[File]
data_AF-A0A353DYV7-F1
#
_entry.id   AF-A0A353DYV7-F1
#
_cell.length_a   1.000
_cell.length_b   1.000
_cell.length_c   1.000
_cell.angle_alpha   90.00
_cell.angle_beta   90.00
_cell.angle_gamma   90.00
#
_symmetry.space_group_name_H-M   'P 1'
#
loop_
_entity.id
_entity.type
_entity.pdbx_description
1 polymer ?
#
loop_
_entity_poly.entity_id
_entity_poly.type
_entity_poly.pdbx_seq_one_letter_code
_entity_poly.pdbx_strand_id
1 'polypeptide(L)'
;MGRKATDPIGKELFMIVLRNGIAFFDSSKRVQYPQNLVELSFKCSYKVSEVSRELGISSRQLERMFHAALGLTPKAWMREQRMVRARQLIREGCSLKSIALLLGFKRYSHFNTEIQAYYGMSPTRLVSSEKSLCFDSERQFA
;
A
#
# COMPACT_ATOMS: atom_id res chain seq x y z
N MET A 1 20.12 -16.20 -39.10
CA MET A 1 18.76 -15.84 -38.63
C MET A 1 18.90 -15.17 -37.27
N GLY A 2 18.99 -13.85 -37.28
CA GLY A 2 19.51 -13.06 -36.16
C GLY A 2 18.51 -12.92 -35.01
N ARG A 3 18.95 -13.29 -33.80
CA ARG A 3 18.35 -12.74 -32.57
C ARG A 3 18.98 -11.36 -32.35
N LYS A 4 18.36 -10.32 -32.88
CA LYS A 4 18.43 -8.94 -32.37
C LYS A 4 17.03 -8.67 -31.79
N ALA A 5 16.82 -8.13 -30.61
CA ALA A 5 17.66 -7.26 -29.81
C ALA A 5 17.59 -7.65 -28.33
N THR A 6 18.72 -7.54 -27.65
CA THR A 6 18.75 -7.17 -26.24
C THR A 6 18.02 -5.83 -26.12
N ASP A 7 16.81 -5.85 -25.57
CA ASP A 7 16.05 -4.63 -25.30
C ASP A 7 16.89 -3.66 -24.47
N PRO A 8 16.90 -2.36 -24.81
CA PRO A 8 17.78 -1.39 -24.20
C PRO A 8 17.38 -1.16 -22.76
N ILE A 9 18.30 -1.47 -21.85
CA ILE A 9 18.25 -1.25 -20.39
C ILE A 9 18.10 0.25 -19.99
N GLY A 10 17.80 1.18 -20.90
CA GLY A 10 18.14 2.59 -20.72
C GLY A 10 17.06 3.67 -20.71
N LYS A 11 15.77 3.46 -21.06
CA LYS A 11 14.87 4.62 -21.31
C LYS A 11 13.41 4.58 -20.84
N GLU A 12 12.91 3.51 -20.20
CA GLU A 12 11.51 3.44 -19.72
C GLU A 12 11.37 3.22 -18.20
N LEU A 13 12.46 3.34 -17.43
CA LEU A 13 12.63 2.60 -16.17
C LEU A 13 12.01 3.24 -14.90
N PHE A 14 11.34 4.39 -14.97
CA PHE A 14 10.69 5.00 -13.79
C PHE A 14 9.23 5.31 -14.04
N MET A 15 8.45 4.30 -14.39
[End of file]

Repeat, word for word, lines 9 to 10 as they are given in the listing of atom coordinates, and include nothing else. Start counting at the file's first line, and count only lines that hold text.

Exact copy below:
_cell.angle_beta   90.00
_cell.angle_gamma   90.00